[Fun Post] For Enterprise App Developers on the Moon: Does the iPad’s accelerator work in space?

Enterprise Adoption Expert Daniel DiMassa

This was a question asked on Reddit, and who knows who you next client is, so a goo read:

Natty Dred  (On Reddit): “Could they theoretically be able to change the orientation of the device and have it function just the way it does on Earth?”


The ISS is in constant free fall. That means, due to gravitational acceleration, the ISS keeps falling towards the center of earth, but due to its considerable tangential velocity it keeps “missing” it.

Since it is in free fall, there is no “proper” force acting on it. (Remember, that according to general relativity, gravitational attraction is not a force, but rather a result of spacetime itself being bent)

Since there is no proper force acting on the ISS, the iPad has no way of knowing which way it is held.

Another more formal response:

CaffeinatedGuy: Correction: you are referring to the gyroscope. OP is talking g about the gyroscope. Everyone here is calling for the gyroscope an accelerometer.

This is /r/askscience. Please use correct terminology.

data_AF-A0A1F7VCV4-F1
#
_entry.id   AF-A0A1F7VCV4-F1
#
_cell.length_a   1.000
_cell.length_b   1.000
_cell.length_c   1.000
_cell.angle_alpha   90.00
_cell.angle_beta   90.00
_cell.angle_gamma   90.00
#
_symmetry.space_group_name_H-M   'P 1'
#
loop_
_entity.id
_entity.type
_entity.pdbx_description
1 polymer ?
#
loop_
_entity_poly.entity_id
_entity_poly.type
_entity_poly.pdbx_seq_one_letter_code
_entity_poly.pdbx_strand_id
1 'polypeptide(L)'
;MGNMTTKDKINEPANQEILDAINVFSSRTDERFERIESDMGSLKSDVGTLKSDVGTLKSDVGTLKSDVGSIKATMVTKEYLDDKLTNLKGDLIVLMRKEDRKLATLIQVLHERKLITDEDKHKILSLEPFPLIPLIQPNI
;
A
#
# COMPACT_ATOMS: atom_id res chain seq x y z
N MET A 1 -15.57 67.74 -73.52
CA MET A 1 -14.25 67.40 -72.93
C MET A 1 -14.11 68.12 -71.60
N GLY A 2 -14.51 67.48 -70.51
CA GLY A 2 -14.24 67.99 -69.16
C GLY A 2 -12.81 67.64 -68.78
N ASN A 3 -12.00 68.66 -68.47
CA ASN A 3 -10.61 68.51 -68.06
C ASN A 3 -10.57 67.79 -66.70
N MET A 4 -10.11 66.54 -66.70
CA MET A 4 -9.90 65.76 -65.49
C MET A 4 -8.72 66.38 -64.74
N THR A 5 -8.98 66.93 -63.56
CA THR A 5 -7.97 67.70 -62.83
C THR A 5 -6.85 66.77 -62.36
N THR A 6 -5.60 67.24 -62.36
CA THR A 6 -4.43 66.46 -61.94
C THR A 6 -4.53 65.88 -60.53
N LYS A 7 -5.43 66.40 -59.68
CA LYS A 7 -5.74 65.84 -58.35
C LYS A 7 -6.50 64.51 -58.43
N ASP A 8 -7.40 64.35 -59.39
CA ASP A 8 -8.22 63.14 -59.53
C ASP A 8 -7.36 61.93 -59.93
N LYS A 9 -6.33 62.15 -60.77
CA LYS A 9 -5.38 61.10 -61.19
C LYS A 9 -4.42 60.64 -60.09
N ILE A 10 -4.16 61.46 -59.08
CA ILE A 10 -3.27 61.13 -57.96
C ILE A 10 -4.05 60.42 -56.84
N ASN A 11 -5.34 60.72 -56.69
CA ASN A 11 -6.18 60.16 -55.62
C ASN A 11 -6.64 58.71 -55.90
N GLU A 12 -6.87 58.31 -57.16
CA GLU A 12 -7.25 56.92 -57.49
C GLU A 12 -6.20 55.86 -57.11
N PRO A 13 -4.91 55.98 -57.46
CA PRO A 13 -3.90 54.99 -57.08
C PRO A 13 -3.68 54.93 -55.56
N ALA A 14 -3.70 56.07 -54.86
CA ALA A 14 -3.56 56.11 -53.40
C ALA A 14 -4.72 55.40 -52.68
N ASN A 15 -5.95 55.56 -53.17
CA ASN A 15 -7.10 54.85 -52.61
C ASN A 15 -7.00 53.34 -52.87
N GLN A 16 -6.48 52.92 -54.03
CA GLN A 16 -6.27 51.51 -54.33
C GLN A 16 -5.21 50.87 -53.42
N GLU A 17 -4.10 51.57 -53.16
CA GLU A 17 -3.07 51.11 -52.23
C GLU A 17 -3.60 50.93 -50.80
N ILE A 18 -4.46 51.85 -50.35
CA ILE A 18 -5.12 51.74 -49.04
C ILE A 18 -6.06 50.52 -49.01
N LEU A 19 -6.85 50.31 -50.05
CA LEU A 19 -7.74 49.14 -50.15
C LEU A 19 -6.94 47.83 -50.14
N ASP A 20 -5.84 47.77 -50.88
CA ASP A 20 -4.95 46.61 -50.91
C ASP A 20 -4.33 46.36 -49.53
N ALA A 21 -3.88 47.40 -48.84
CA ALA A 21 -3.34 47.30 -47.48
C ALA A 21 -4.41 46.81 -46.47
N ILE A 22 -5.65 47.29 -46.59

Accelerometers measure change in force (like acceleration) and would in fact work properly in space. Say he had a fishing app and it used the accelerometer for casting. That would work (though the gyroscope wouldn’t be able to detect position, so casting still wouldn’t work). http://en.wikipedia.org/wiki/Accelerometer

Gyroscopes measure orientation relative to an xyz axis. While it’s theoretically possible that it would work in space, the orientation is relative to gravity in this case and would not work in space (on the ISS).http://en.wikipedia.org/wiki/Gyroscope

Therefor, the accelerometer would in fact work in space, but the question is incorrectly referring to the gyroscope, which would not work.

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